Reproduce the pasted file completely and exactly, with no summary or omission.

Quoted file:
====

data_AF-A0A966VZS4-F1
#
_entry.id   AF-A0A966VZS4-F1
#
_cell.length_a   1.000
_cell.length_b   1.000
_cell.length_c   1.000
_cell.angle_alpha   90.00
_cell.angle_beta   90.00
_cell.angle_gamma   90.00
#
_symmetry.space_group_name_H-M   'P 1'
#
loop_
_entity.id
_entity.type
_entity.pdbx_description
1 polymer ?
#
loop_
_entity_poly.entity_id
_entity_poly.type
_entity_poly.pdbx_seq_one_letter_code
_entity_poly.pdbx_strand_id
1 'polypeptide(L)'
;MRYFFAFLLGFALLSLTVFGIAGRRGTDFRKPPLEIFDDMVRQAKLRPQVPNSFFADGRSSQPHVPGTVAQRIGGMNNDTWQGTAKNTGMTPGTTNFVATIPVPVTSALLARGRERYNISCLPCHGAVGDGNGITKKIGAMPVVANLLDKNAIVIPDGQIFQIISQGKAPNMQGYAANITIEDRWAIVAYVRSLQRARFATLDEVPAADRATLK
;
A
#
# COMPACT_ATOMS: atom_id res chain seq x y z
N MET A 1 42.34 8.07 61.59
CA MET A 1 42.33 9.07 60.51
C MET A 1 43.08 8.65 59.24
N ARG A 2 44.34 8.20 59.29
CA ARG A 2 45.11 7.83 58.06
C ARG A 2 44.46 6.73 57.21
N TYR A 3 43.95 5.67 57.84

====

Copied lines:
data_AF-A0A966VZS4-F1
#
_entry.id   AF-A0A966VZS4-F1
#
_cell.length_a   1.000
_cell.length_b   1.000
_cell.length_c   1.000
_cell.angle_alpha   90.00
_cell.angle_beta   90.00
_cell.angle_gamma   90.00
#
_symmetry.space_group_name_H-M   'P 1'
#
loop_
_entity.id
_entity.type
_entity.pdbx_description
1 polymer ?
#
loop_
_entity_poly.entity_id
_entity_poly.type
_entity_poly.pdbx_seq_one_letter_code
_entity_poly.pdbx_strand_id
1 'polypeptide(L)'
;MRYFFAFLLGFALLSLTVFGIAGRRGTDFRKPPLEIFDDMVRQAKLRPQVPNSFFADGRSSQPHVPGTVAQRIGGMNNDTWQGTAKNTGMTPGTTNFVATIPVPVTSALLARGRERYNISCLPCHGAVGDGNGITKKIGAMPVVANLLDKNAIVIPDGQIFQIISQGKAPNMQGYAANITIEDRWAIVAYVRSLQRARFATLDEVPAADRATLK
;
A
#
# COMPACT_ATOMS: atom_id res chain seq x y z
N MET A 1 42.34 8.07 61.59
CA MET A 1 42.33 9.07 60.51
C MET A 1 43.08 8.65 59.24
N ARG A 2 44.34 8.20 59.29
CA ARG A 2 45.11 7.83 58.06
C ARG A 2 44.46 6.73 57.21
N TYR A 3 43.95 5.67 57.84